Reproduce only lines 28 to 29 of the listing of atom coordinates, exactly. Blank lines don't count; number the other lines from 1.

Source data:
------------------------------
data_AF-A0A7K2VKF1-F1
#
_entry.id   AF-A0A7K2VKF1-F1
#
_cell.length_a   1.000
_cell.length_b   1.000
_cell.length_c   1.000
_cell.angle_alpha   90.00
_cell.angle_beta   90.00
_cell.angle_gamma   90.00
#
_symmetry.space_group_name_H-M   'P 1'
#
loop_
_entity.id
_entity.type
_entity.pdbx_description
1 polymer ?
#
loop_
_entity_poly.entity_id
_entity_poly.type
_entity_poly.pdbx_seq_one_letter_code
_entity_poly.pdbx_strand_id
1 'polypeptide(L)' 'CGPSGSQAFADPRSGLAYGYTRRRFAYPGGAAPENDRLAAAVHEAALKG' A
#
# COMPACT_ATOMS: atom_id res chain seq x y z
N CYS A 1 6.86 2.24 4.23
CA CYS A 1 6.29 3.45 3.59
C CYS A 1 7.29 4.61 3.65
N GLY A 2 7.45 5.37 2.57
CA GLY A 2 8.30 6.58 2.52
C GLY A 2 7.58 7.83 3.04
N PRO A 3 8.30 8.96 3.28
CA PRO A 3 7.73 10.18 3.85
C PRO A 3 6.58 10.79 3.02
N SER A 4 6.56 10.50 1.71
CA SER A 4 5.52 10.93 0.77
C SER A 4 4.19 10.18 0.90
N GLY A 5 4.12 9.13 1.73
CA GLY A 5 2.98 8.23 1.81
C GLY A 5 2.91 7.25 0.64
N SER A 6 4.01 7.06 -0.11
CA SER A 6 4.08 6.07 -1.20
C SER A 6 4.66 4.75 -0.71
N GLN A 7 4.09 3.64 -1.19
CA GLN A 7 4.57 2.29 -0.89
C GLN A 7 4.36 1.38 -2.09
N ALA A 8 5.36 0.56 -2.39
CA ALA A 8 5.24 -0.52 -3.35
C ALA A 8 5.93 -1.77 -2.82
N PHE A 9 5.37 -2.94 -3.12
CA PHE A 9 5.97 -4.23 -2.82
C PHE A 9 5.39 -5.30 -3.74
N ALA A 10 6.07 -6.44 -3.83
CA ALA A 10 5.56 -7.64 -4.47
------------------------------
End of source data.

N CYS A 1 6.86 2.24 4.23
CA CYS A 1 6.29 3.45 3.59